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Analysis of weather forecast impacts on United States Air Force combat operations [electronic resource] /

by Darnell, Karen M.; School (U.S.), Naval Postgraduate

Abstract (Summary)
Accurate weather forecasts are vital to air combat operations. Quantitative assessments of forecasts and their operational impacts are essential to improving weather support for war fighters. We adapted an existing U.S. Navy, web-based, near-real time system for collecting and analyzing data on the performance and operational impacts of military forecasts. We used the adapted system to collect and analyze data on Air Force Weather (AFW) forecasts, and the planning and execution of flying operations, at six Air Combat Command and Pacific Air Forces bases. We analyzed the data to develop quantitative metrics of forecast performance and operational impacts. Our results indicate that planning weather forecasts (PWFs) have a higher potential for making positive contributions to air operations than do mission execution forecasts (MEFs). This is notable because AFW units spend significantly less time developing PWFs than MEFs. Surface visibility, cloud ceilings, and cloud layers caused most negative mission impacts, indicating these phenomena should be a focus of future research and training. We found high levels of mission success even when forecasts were inaccurate, perhaps due to aircrew and mission flexibility. Our analyses revealed a need for improved education of flying units on the nature and availability of AFW products.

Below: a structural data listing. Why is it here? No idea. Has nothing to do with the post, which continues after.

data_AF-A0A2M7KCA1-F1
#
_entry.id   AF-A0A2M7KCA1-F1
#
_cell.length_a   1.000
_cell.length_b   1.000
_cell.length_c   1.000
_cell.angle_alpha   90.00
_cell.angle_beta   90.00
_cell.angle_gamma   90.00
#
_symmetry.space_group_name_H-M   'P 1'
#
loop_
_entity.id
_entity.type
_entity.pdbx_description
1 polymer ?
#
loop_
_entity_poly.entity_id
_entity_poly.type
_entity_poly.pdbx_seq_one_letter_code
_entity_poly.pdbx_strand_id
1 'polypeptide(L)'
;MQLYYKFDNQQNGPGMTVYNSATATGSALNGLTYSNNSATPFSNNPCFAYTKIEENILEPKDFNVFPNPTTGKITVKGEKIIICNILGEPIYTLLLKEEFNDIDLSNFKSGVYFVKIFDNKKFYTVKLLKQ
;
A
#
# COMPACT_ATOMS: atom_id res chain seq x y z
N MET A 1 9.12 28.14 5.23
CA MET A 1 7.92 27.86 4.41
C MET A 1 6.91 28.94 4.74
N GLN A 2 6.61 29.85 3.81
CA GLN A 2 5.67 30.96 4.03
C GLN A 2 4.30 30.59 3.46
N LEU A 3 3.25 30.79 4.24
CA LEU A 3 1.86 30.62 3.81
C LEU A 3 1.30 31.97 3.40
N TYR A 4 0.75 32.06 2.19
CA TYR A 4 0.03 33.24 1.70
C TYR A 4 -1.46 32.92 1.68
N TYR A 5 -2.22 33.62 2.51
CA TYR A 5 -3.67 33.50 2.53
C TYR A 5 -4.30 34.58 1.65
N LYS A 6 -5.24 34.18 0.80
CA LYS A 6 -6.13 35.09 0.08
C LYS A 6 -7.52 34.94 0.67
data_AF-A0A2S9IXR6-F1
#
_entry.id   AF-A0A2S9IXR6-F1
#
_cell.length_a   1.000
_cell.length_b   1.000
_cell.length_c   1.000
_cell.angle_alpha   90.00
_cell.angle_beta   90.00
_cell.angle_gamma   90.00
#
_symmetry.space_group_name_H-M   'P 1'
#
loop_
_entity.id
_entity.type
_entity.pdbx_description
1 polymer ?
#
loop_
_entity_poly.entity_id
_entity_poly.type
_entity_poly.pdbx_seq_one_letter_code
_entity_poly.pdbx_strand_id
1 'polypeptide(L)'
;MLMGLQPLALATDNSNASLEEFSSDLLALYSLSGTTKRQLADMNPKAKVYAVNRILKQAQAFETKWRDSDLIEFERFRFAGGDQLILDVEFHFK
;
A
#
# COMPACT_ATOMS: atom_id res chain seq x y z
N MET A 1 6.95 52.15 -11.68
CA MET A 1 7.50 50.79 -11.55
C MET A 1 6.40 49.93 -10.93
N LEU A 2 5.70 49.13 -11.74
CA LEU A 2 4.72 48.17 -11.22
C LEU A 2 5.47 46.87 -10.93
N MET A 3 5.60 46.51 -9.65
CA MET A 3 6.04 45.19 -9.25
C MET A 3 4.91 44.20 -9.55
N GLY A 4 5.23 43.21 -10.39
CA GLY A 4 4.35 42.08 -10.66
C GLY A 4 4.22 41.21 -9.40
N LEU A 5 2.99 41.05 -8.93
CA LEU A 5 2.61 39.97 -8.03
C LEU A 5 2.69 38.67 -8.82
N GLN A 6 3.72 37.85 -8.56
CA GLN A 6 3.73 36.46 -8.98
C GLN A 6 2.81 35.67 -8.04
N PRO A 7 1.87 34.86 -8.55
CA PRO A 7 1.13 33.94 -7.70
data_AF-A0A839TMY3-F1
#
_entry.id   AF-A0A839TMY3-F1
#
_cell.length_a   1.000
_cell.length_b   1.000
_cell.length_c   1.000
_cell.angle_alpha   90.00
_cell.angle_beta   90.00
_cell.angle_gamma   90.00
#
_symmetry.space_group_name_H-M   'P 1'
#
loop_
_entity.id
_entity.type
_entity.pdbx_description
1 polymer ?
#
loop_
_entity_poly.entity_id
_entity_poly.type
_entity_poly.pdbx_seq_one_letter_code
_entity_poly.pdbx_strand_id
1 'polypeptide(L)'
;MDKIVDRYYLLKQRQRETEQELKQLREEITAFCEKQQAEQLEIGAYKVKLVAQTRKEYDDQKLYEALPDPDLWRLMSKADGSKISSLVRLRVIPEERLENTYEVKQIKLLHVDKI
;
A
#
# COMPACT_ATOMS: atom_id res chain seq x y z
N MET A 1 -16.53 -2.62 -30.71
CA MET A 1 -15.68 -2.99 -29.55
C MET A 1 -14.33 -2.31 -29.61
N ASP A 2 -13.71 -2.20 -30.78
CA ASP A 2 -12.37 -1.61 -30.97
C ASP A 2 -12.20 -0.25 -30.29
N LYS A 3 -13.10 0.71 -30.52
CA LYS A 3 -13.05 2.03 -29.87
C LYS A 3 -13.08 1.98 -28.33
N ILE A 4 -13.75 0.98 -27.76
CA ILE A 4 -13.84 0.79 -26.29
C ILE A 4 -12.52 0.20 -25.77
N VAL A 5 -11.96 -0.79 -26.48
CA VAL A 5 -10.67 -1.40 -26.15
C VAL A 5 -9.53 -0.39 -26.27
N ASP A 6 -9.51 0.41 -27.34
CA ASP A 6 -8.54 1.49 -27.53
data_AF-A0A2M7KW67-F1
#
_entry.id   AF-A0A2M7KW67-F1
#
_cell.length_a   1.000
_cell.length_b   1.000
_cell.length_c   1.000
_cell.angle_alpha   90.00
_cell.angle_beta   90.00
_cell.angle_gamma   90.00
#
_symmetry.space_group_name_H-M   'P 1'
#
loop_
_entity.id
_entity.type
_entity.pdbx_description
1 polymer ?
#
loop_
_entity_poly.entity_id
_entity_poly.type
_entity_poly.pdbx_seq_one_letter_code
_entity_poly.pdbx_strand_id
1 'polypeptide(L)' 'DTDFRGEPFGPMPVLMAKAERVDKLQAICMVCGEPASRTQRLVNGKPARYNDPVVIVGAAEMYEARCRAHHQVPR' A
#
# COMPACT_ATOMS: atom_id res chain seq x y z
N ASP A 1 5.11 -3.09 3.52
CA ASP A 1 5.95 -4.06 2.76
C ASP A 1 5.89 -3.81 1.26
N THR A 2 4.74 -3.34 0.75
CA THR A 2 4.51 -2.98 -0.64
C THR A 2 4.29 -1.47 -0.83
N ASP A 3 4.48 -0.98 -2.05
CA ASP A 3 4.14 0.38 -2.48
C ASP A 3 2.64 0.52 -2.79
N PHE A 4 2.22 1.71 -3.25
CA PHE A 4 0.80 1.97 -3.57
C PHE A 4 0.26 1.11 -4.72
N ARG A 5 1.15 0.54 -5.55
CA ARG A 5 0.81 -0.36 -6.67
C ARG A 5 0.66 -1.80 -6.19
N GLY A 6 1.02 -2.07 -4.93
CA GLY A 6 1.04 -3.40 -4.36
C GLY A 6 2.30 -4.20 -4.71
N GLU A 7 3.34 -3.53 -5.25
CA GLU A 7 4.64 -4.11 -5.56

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School:The United States Naval Postgraduate School

School Location:USA - California

Source Type:Master's Thesis

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